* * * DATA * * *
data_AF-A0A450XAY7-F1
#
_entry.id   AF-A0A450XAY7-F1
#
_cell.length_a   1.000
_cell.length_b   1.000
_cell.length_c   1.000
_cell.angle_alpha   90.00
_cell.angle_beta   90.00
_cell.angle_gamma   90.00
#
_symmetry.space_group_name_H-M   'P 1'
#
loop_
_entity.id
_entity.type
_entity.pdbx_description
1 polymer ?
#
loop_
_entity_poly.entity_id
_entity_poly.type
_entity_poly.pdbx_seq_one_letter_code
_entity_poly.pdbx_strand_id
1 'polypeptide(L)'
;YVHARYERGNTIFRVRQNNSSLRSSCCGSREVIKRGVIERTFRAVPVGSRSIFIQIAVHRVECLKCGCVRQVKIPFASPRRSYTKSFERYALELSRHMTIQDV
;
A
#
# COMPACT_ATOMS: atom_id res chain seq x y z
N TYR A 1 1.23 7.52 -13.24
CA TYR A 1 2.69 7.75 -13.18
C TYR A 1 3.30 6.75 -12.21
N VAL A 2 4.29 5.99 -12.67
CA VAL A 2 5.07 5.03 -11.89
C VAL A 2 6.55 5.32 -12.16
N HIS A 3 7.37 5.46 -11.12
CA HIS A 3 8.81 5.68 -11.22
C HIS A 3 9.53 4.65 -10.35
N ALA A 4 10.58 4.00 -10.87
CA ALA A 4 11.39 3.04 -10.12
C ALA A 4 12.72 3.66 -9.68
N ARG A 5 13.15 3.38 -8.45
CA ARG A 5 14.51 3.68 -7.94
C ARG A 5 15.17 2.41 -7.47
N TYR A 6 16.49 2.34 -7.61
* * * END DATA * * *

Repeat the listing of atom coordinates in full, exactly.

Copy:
data_AF-A0A450XAY7-F1
#
_entry.id   AF-A0A450XAY7-F1
#
_cell.length_a   1.000
_cell.length_b   1.000
_cell.length_c   1.000
_cell.angle_alpha   90.00
_cell.angle_beta   90.00
_cell.angle_gamma   90.00
#
_symmetry.space_group_name_H-M   'P 1'
#
loop_
_entity.id
_entity.type
_entity.pdbx_description
1 polymer ?
#
loop_
_entity_poly.entity_id
_entity_poly.type
_entity_poly.pdbx_seq_one_letter_code
_entity_poly.pdbx_strand_id
1 'polypeptide(L)'
;YVHARYERGNTIFRVRQNNSSLRSSCCGSREVIKRGVIERTFRAVPVGSRSIFIQIAVHRVECLKCGCVRQVKIPFASPRRSYTKSFERYALELSRHMTIQDV
;
A
#
# COMPACT_ATOMS: atom_id res chain seq x y z
N TYR A 1 1.23 7.52 -13.24
CA TYR A 1 2.69 7.75 -13.18
C TYR A 1 3.30 6.75 -12.21
N VAL A 2 4.29 5.99 -12.67
CA VAL A 2 5.07 5.03 -11.89
C VAL A 2 6.55 5.32 -12.16
N HIS A 3 7.37 5.46 -11.12
CA HIS A 3 8.81 5.68 -11.22
C HIS A 3 9.53 4.65 -10.35
N ALA A 4 10.58 4.00 -10.87
CA ALA A 4 11.39 3.04 -10.12
C ALA A 4 12.72 3.66 -9.68
N ARG A 5 13.15 3.38 -8.45
CA ARG A 5 14.51 3.68 -7.94
C ARG A 5 15.17 2.41 -7.47
N TYR A 6 16.49 2.34 -7.61